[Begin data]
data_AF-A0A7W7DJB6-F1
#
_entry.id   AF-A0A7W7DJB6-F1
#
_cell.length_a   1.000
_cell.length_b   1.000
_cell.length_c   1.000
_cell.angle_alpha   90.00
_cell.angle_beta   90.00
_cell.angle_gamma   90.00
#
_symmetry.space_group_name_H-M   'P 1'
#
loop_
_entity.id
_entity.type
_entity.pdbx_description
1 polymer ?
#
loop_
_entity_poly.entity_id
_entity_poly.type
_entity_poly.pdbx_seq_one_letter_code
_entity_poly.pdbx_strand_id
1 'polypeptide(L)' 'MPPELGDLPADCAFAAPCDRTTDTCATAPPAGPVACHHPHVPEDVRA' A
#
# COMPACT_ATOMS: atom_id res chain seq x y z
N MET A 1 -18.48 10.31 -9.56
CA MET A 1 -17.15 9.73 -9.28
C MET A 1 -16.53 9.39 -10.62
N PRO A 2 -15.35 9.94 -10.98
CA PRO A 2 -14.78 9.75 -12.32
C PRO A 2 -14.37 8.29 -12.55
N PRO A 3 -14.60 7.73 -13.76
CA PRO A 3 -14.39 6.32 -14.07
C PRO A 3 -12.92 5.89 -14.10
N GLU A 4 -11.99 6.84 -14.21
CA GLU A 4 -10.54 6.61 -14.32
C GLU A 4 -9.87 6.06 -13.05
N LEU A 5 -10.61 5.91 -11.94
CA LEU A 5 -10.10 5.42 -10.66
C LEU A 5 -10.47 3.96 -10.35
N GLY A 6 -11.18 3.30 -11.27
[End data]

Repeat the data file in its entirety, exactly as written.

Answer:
data_AF-A0A7W7DJB6-F1
#
_entry.id   AF-A0A7W7DJB6-F1
#
_cell.length_a   1.000
_cell.length_b   1.000
_cell.length_c   1.000
_cell.angle_alpha   90.00
_cell.angle_beta   90.00
_cell.angle_gamma   90.00
#
_symmetry.space_group_name_H-M   'P 1'
#
loop_
_entity.id
_entity.type
_entity.pdbx_description
1 polymer ?
#
loop_
_entity_poly.entity_id
_entity_poly.type
_entity_poly.pdbx_seq_one_letter_code
_entity_poly.pdbx_strand_id
1 'polypeptide(L)' 'MPPELGDLPADCAFAAPCDRTTDTCATAPPAGPVACHHPHVPEDVRA' A
#
# COMPACT_ATOMS: atom_id res chain seq x y z
N MET A 1 -18.48 10.31 -9.56
CA MET A 1 -17.15 9.73 -9.28
C MET A 1 -16.53 9.39 -10.62
N PRO A 2 -15.35 9.94 -10.98
CA PRO A 2 -14.78 9.75 -12.32
C PRO A 2 -14.37 8.29 -12.55
N PRO A 3 -14.60 7.73 -13.76
CA PRO A 3 -14.39 6.32 -14.07
C PRO A 3 -12.92 5.89 -14.10
N GLU A 4 -11.99 6.84 -14.21
CA GLU A 4 -10.54 6.61 -14.32
C GLU A 4 -9.87 6.06 -13.05
N LEU A 5 -10.61 5.91 -11.94
CA LEU A 5 -10.10 5.42 -10.66
C LEU A 5 -10.47 3.96 -10.35
N GLY A 6 -11.18 3.30 -11.27